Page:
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Yellowstone strategizing for the future as it dealt with a year of record-breaking visitors

 The Grand Canyon of the Yellowstone River
Kamila Kudelska
Wyoming Public Radio
The Grand Canyon of the Yellowstone River

Yellowstone National Park has already surpassed its previous record of visitors with about 4.8 million so far this year. The park dealt with this increase of visitors while still feeling the impact of the pandemic, specifically a smaller employee pool. But Superintendent Cam Sholly said while it was a stressful season, it was successful. Sholly told Wyoming Public Radio's Kamila Kudelska the impacts that visitation has on the park presently and in the future.

Cam Sholly: I mean, think about wherever you live. You add a million more people into the town in a single year and generally within a six-month window, it's a big impact. And people don't necessarily think about these things. But if you have to empty 2,000 trash cans five times a day instead of three, that's more staffing, that's more trucks, that's more trash runs. If you have to clean 600 bathrooms five times a day instead of three. That equates to staffing needs. If you have a million more people flushing the toilet five times a day per person. What does that do to your wastewater treatment facilities? So those are all kinds of invisible things people don't really think about, but those are definitely real impacts. What are the public safety numbers for emergency medical service calls or search rescues or law enforcement volume? And, we run a full-scale operation here. Those are all things that we're looking at, from the standpoint of what our staffing levels are, what the workload looks like, how do those staffing and workload ratios match up? And what kind of shifts may need to occur in the future in order to manage the increase in visitation more effectively?

Kamila Kudelska: What are y'all thinking about to address these challenges in the future?

CS: We have a strategy now for managing visitor use and increasing visitation. That strategy kind of revolves around four key components. One is, what are the true impacts of increasing visitation on the resources of this park? You hear this regularly in the media as a narrative that the visitors are overrunning Yellowstone or overrunning national parks in general. The fact of that matter is, that's not true. And the reason that's not true is if you look at the amount of pavement in this park, or what we would consider developed, we mapped every square foot of roads, parking lots and pullouts. Yellowstone is 2.2 million acres. The total number of acres that vehicles travel on is 1,750 acres out of 2.2 million. So it's a very minuscule sliver of the park that sees the vast majority of the visitation; most people don't get more than a half-mile away from their car. And we spend probably 98 percent of our time, effort, and budget in that small sliver of the park. There's a range of actions that we're talking to staff in areas where we have resources that are vulnerable. We're continuing a very aggressive monitoring effort to determine where some of those impacts are occurring. Second, what are the impacts of increasing visitation on staffing? The third component of the strategy is visitor experience. What do they want when they come and visit Yellowstone? And what we found through a lot of survey data is that what we think they expect isn't always what they expect. About 70 percent of visitors that come to Yellowstone are first-time visitors. It's a bucket list trip. We found that the vast majority of them, this is not me saying this isn't an issue, it is in many areas. But we found that visitors aren't as frustrated sitting in congestion and traffic looking at wildlife for instance then we might think they are.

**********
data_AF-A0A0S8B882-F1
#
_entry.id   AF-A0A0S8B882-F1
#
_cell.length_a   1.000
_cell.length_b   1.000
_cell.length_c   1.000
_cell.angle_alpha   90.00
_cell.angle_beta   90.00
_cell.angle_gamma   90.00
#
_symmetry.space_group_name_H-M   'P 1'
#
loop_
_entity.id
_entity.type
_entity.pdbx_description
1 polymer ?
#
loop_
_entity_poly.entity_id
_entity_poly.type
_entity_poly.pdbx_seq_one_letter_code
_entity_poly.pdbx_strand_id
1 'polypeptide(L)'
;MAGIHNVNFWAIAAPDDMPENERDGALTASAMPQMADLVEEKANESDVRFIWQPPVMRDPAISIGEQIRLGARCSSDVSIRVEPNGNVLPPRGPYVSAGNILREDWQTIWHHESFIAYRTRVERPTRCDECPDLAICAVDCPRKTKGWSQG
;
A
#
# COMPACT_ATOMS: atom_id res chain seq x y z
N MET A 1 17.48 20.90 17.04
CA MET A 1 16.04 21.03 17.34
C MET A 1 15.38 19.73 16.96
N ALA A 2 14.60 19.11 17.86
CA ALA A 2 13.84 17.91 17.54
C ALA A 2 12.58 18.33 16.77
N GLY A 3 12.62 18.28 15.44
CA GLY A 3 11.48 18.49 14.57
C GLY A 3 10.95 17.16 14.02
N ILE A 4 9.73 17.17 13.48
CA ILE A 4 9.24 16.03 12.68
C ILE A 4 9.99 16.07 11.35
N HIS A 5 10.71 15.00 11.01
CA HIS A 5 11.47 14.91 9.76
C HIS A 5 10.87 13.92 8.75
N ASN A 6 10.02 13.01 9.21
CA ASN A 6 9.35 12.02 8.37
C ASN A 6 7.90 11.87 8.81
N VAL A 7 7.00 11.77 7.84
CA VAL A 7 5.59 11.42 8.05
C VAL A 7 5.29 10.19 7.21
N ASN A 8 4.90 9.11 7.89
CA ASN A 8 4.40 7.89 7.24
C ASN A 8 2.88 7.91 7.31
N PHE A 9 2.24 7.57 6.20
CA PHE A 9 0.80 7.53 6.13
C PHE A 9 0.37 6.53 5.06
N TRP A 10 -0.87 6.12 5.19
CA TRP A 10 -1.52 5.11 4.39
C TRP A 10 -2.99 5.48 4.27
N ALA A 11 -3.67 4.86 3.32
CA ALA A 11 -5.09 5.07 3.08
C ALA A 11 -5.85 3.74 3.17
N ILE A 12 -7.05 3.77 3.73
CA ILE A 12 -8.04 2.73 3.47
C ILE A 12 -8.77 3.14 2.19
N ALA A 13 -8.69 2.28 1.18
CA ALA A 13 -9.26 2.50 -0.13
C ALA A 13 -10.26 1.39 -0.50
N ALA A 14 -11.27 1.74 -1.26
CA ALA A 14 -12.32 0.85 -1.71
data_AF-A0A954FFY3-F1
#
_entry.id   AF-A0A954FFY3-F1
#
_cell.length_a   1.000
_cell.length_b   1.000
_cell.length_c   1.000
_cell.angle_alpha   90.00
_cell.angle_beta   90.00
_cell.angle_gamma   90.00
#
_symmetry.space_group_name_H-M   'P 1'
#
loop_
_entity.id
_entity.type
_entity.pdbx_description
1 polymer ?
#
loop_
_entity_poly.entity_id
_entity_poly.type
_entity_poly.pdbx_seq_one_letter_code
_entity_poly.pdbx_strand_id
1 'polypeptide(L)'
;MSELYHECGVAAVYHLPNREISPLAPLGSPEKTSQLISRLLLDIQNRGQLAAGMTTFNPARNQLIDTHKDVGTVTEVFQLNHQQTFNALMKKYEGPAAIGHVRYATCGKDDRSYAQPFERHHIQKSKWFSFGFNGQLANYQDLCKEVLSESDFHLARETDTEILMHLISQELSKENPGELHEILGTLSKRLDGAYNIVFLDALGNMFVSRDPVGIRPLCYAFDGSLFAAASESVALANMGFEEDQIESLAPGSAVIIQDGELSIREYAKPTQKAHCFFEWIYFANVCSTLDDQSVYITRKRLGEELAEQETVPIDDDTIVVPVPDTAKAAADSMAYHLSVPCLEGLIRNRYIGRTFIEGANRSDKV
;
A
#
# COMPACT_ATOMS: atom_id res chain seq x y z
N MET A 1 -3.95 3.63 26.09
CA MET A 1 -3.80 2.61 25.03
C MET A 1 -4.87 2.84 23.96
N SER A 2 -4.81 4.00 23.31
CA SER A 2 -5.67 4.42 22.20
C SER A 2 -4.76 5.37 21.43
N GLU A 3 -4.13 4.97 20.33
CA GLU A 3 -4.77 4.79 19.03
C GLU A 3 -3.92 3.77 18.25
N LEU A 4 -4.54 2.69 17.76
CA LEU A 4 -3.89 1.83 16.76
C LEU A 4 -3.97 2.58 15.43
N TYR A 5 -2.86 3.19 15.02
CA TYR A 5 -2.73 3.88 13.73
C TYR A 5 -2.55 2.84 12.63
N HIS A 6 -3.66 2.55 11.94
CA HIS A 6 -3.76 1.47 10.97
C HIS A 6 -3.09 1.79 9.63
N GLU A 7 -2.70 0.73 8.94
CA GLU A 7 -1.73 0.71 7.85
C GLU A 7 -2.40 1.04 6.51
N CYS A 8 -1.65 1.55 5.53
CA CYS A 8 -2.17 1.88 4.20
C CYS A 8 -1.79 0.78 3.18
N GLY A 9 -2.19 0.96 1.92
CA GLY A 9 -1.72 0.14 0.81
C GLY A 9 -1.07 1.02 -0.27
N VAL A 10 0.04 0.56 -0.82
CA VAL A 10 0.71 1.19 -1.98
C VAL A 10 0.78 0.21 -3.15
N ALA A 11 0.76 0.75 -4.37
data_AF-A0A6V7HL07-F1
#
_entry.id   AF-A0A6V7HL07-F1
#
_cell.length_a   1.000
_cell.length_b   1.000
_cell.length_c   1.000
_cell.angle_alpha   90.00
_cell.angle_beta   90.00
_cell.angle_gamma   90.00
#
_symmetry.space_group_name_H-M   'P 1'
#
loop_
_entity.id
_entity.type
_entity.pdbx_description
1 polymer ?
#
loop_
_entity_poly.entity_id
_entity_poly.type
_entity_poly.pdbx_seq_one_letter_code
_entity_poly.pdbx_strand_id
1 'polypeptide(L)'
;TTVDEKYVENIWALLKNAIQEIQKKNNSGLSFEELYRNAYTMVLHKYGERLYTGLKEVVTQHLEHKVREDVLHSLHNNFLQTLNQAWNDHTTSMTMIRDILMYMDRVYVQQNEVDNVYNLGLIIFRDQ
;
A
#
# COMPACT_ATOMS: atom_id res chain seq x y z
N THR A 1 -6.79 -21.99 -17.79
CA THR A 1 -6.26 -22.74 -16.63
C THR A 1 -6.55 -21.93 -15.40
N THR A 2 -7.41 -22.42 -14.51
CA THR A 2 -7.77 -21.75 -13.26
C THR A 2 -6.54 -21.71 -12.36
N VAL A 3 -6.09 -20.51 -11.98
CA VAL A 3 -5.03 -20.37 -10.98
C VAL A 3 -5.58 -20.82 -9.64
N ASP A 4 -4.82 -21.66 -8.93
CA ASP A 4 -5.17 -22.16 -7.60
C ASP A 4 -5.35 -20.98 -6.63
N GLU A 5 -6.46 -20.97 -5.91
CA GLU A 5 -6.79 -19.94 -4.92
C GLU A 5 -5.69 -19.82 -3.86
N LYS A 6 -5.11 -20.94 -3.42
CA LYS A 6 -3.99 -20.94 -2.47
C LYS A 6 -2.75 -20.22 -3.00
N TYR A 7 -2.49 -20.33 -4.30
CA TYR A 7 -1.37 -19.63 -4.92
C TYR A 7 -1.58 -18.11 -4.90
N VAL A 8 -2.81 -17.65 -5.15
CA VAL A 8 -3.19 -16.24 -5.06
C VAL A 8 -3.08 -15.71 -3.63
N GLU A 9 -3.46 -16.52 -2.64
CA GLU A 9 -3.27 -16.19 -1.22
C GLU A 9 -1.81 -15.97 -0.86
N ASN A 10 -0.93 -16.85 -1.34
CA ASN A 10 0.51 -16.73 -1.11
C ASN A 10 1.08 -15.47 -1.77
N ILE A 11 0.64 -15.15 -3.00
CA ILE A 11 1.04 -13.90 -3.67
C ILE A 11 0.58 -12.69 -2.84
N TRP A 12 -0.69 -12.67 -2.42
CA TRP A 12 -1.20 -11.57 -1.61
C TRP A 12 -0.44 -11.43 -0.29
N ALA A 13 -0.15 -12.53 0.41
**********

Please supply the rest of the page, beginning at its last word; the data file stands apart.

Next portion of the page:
Now, who's frustrated are the locals, the employees, and the people who have come back to the park time and time again, because they know where they want to go. They've seen a bunch of bison, they've seen grizzlies. And so they're sitting in a traffic jam 30 cars back and they're irritated, understandably. So reconciling those two perspectives, from the visitor experience standpoint is something that is challenging, but something that we're looking to address. And the fourth and final areas are really what are the impacts of increasing visitation on the gateway communities and our partners, economically, recreational, access wise? What does Cody think? What does Gardener think? Or Cook City or Jackson? And so those are four kinds of key areas that we're focused on. And within each one of those areas, there's a range of actions that can be taken from nothing to extreme. And what we want to try to do is really identify where the problems are occurring, and what action is necessary to address that problem.

KK: Any solutions or actions that are going to be taken for sure for the next busy season, next summer? Or is it still kind of in the flux as y'all are working on it?